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Sanders releasing new ad on Goldman Sachs' role in economy

Democratic presidential candidate Bernie Sanders left the option for more contrast ads.

Democratic presidential candidate Bernie Sanders left the option for more contrast ads.

DES MOINES, Iowa — Democratic presidential candidate Bernie Sanders will release a tough new television ad critical of Goldman Sachs' role in the financial meltdown and use of speaking fees as he ramps up criticism of Hillary Clinton's ties to Wall Street.

The 30-second ad, circulated Thursday ahead of its scheduled release today, makes no mention of Clinton, who received more than $600,000 in speaking fees from the Wall Street firm. But it comes amid a push by Sanders to make policing the financial sector central to his presidential campaign. Its release falls within days of Iowa's first-in-the-nation caucuses.

"How does Wall Street get away from it? Millions in campaign contributions and speaking fees," the ad says, describing Goldman Sachs' recent $5 billion settlement from its role in the financial crisis. "Our economy works for Wall Street because it's rigged by Wall Street, and that's the problem."

"As long as Washington is bought and paid for, we can't build an economy that works for people," the narrator says.

Sanders only appears at the end of the ad to approve the message. But he has driven a similar message in recent weeks, seeking to capitalize on concerns by Democrats that Wall Street has become too influential in the nation's economy and political system.

He noted Clinton's Goldman Sachs speaking fees during the last presidential debate in South Carolina, and during a stop in Mason City on Wednesday night, Sanders told supporters that Clinton was raising money at a Philadelphia investment firm while he was campaigning with Iowans.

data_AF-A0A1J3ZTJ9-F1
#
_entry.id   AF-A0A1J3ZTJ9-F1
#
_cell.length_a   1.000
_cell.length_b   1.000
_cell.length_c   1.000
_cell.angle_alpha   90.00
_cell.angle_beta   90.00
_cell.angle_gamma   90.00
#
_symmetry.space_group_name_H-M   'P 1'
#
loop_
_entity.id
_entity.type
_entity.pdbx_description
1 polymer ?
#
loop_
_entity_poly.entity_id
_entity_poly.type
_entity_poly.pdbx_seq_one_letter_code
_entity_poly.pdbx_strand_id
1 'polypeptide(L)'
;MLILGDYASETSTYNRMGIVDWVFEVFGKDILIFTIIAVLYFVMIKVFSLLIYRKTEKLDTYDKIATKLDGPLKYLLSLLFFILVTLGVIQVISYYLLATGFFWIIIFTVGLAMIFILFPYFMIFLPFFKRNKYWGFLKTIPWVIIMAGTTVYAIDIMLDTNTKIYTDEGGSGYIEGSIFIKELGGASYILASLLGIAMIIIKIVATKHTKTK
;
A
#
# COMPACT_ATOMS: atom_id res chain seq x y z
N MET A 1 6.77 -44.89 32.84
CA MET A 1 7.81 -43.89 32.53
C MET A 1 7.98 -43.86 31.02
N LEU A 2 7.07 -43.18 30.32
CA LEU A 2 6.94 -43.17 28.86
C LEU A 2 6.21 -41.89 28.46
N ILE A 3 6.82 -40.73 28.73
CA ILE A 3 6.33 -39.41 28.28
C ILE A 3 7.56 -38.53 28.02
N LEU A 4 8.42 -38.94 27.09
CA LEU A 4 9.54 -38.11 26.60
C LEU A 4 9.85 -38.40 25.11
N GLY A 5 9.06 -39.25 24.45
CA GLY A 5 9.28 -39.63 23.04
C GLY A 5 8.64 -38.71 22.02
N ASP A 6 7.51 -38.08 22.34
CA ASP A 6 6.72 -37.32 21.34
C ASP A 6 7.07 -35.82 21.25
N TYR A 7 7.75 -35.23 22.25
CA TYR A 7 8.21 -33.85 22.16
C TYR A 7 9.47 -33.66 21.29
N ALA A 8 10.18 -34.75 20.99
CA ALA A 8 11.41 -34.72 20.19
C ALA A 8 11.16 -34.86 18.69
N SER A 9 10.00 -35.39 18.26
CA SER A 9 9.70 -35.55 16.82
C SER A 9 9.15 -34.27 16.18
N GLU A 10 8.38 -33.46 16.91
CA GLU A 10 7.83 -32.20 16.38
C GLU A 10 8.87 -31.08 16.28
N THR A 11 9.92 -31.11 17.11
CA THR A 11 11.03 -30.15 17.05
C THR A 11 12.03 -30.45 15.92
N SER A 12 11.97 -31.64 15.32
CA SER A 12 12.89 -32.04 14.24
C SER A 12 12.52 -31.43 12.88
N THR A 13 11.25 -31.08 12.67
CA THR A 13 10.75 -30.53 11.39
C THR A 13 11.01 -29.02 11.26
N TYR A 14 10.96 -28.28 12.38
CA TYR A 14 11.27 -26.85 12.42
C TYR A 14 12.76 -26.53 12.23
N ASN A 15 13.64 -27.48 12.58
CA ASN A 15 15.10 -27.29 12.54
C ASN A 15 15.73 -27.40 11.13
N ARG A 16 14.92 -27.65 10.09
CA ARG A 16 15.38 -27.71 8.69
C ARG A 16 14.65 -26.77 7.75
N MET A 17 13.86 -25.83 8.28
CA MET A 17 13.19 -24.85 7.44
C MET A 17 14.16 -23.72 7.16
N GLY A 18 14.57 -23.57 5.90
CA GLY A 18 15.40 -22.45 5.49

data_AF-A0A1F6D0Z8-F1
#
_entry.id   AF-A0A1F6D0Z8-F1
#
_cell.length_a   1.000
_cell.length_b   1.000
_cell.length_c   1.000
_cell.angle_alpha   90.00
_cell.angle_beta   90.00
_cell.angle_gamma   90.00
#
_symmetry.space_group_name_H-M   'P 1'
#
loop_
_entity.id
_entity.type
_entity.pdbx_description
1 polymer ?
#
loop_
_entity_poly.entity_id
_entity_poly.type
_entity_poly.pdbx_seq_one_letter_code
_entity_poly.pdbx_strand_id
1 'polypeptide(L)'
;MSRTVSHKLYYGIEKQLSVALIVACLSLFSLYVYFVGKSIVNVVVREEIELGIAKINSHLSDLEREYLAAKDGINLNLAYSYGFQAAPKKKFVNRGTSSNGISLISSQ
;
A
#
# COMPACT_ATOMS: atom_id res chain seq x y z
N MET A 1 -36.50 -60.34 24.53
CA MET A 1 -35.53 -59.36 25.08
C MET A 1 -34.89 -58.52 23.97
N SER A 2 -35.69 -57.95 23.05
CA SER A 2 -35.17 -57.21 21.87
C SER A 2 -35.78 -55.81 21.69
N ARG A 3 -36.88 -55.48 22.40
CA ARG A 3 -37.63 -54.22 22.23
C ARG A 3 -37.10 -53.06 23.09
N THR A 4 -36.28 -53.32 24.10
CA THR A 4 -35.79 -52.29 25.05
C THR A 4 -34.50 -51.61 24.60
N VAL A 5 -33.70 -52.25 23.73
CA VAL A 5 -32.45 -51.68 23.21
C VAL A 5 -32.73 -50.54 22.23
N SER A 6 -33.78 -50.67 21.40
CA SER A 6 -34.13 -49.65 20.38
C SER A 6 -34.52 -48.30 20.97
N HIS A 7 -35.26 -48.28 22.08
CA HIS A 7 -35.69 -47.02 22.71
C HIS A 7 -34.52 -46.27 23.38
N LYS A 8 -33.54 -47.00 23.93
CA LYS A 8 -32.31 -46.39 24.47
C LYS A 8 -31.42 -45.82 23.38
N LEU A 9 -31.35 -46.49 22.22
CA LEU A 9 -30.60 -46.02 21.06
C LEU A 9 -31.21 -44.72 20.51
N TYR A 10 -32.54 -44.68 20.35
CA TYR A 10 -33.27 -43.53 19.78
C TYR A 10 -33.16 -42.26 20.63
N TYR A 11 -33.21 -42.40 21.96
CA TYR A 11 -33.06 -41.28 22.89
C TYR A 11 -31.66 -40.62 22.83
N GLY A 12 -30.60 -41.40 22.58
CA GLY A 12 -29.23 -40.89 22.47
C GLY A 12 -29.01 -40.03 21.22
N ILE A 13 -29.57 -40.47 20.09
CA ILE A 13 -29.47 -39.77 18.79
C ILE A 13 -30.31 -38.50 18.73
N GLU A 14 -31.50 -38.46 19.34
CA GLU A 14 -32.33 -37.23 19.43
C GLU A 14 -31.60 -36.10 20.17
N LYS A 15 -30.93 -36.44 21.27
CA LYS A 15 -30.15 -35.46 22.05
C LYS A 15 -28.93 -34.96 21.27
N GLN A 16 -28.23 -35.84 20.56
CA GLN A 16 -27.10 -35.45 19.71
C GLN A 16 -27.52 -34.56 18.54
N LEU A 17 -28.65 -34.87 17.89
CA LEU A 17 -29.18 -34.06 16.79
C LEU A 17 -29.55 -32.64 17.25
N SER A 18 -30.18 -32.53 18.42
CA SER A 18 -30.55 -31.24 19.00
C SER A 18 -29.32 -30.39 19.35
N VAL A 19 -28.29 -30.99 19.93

Clinton's campaign has accused Sanders of breaking his pledge not to run negative advertising. The campaign released a pre-emptive statement from its Iowa campaign director, Matt Paul, who called it a "last minute sneak attack from the Sanders campaign."

"It's a cynical political ploy in a primary that had until recently been characterized by a respectful back-and-forth about the issues, and it's not one that's going to go over well with Iowans," Paul said.

The campaigns have had feisty exchanges over ads as Iowa's leadoff contest nears. A new Clinton ad airing in Iowa says she would build upon President Barack Obama's health care law, "not start over," and defend Planned Parenthood, "not attack it," messages that reinforce charges she has made against Sanders during the campaign. In a statement, Sanders said the ad "completely distorts my record."

Sanders is trying to upset Clinton in Iowa, where her advantage has narrowed in recent weeks and then take advantage of his edge in New Hampshire, which holds the first primary Feb. 9.

"My gut feeling is this is a very, very close election here in Iowa," he said at a Bloomberg Politics breakfast briefing in Des Moines. "We will win if the turnout is large. If the turnout is not large, we're going to be struggling."

Sanders, who has made running a positive campaign a central message, left the door open to drawing a sharper contrast with Clinton in the final days before voting begins.

"Do I plan on running more contrast ads? I don't think we do. But that's something we're still talking about," he said.

Meanwhile, Sanders released his medical history Thursday — something he had vowed to do before Iowa's leadoff caucus. The records indicate he is in "overall very good health."

A one-page letter released by Sanders' campaign said the 74-year-old Vermont senator had been treated in the past for ailments like gout, high cholesterol and laryngitis. He underwent hernia surgery earlier this year but is in good health, his doctor said.

Sanders releasing new ad on Goldman Sachs' role in economy 01/28/16 [Last modified: Thursday, January 28, 2016 10:12pm]
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